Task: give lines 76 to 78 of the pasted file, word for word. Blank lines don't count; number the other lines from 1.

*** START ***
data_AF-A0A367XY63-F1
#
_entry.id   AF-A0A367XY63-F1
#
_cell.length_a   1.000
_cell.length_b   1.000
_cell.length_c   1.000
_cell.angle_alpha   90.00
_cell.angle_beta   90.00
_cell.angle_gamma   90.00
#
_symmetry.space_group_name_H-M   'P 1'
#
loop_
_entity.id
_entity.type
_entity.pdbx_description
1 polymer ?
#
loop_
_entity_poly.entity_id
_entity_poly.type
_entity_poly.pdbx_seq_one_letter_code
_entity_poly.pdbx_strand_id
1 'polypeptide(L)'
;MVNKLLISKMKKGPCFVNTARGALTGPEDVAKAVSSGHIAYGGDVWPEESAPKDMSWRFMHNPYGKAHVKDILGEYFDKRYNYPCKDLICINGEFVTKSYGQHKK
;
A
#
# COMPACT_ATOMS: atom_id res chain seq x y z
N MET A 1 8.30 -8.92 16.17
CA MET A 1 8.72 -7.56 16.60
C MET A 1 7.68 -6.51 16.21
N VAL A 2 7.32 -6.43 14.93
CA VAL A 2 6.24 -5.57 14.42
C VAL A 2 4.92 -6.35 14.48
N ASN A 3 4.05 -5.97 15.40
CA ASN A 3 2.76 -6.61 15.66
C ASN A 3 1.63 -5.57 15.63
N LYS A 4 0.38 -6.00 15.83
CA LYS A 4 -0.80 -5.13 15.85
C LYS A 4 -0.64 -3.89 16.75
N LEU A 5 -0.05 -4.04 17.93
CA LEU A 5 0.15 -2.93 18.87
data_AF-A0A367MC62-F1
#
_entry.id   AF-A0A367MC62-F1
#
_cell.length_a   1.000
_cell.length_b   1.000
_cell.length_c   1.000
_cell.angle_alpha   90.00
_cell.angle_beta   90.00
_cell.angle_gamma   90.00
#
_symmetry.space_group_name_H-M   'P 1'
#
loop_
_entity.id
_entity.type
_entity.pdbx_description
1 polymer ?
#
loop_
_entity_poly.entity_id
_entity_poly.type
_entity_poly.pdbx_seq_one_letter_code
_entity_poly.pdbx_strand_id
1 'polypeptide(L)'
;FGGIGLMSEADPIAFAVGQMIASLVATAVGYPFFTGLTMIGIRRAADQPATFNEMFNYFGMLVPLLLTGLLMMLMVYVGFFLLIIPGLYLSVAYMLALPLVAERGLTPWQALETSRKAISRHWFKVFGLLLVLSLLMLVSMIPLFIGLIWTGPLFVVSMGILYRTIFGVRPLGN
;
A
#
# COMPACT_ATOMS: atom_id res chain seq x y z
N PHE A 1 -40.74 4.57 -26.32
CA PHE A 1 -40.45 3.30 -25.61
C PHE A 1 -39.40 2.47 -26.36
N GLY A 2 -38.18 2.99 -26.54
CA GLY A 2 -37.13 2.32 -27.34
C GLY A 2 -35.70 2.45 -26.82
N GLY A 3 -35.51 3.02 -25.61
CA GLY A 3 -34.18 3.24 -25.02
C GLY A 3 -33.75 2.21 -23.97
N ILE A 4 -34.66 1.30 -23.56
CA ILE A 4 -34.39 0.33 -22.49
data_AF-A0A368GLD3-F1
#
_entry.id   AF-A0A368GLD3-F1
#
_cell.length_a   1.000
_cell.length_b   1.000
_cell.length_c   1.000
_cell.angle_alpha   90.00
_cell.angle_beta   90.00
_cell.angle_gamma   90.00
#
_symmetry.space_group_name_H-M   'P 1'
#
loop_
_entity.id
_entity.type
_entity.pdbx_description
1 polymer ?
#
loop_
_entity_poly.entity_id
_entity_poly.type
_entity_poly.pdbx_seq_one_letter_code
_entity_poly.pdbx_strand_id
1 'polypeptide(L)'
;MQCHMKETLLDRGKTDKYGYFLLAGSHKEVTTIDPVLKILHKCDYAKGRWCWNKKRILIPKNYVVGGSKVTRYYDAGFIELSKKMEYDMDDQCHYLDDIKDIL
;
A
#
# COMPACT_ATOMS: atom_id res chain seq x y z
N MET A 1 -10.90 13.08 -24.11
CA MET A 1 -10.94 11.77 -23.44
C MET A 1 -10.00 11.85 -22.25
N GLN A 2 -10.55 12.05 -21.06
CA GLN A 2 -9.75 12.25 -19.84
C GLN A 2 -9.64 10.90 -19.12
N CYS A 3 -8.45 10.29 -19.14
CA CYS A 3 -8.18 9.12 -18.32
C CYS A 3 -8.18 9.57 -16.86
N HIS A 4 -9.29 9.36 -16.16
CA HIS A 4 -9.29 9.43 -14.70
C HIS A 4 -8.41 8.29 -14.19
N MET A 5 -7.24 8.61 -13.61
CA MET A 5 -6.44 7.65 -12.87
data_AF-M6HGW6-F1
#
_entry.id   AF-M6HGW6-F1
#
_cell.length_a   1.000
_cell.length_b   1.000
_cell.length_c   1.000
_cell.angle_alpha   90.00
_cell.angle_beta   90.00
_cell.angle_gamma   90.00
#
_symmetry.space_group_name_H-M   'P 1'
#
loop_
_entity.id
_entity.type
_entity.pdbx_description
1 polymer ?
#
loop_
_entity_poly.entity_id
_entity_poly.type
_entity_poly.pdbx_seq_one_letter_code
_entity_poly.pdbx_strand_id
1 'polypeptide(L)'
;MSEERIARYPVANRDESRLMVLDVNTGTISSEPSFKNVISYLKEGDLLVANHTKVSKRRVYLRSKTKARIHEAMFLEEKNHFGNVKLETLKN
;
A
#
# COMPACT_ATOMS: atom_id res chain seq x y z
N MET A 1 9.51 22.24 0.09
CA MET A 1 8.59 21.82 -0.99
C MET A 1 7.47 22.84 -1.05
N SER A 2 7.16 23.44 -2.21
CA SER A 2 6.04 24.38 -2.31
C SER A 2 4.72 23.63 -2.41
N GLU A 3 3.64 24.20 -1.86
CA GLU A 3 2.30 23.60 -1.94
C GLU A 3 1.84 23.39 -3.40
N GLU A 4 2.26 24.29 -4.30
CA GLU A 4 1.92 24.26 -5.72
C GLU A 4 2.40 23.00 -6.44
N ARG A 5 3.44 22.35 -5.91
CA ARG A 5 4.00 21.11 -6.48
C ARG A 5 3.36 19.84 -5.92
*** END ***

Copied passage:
CA PHE A 1 -40.45 3.30 -25.61
C PHE A 1 -39.40 2.47 -26.36
N GLY A 2 -38.18 2.99 -26.54